Trinity’s President has defended his college’s access record after it came under attack from an alumna who was denied the chance to bring her school children to her old college.
Secondary school teacher Rebecca Newsome claims Trinity rejected her request to bring her Year 11 pupils for an access event, despite her specifically wishing to visit her college. She was instead told to liaise with Corpus Christi because it was the link college for her school’s area; and that Trinity do not accept pupils younger than sixth form from outside their allocated regional area. However, other colleges have since disputed Trinity’s position.
Trinity Law graduate Newsome, who now teaches in Greater Manchester on the Teach First scheme, wrote to the college’s president Sir Ivor Roberts: “Trinity’s access policy, as you are aware, is appalling. It is just another barrier which many comprehensive students face when trying to fulfil their potential.” She added her school has 65 percent of children on free school meals.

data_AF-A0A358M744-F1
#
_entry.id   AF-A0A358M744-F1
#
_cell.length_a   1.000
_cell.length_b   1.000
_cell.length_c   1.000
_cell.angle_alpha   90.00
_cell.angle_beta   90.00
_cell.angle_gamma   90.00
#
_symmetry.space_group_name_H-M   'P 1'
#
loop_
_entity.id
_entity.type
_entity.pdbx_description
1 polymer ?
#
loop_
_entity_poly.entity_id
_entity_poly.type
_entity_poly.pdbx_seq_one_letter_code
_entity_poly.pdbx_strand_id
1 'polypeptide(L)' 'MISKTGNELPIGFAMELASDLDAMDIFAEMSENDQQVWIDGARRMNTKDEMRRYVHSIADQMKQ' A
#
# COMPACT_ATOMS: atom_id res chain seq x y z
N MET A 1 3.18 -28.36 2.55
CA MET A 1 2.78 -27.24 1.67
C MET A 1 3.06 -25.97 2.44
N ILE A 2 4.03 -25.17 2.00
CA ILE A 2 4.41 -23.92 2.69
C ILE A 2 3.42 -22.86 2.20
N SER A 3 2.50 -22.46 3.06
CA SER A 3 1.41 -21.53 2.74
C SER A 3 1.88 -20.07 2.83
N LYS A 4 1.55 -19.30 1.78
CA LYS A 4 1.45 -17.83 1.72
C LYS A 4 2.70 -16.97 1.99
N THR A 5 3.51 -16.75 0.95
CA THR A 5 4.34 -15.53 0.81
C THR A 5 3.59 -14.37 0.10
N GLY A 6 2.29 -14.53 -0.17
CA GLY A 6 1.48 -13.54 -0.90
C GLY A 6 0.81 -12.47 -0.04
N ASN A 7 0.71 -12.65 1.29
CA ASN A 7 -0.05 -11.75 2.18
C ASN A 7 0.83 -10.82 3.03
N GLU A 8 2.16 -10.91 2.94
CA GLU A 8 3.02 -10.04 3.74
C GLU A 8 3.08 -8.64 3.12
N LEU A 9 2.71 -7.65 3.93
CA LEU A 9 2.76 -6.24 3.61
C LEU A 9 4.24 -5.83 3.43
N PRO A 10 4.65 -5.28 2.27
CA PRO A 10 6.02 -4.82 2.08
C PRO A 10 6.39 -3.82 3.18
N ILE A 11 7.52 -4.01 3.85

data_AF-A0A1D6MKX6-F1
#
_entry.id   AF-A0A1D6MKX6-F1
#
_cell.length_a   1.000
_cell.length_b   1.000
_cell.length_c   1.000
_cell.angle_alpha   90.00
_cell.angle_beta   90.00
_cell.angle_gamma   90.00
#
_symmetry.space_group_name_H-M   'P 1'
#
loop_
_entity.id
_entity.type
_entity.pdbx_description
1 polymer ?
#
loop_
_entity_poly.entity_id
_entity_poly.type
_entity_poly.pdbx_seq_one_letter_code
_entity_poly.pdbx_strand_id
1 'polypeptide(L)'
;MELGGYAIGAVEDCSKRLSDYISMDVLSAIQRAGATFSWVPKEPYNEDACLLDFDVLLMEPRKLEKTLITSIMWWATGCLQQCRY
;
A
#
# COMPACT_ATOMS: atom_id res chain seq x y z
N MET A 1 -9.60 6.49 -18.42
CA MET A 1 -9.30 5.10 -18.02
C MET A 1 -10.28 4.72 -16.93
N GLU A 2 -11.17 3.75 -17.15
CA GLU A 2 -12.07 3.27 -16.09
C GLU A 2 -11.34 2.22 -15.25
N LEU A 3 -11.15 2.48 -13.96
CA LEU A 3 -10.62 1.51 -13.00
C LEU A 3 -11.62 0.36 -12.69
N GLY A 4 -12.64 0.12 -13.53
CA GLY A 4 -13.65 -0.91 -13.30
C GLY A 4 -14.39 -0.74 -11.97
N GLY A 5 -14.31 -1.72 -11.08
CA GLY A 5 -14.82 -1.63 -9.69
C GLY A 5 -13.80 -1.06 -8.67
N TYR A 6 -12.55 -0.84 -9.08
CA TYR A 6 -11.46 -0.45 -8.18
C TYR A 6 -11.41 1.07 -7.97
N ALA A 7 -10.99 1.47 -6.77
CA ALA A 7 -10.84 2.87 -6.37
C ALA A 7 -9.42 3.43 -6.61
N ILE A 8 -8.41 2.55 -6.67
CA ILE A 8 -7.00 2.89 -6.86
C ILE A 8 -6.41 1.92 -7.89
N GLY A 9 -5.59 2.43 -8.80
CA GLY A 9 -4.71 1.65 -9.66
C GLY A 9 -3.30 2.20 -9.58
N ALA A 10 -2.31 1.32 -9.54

“I think most other forward thinking colleges would have responded in a more positive way to a request for help from a Teach First Alumnus in matters about increasing aspirations at their school.”
However, Trinity President Sir Ivor Roberts rebutted Newsome’s claims: “Rebecca’s school is not in our regional catchment area. Corpus Christi does have responsibility for her area. Trinity normally arranges school liaison events in college for schools from our regional areas and also any visits from Years 12-13.”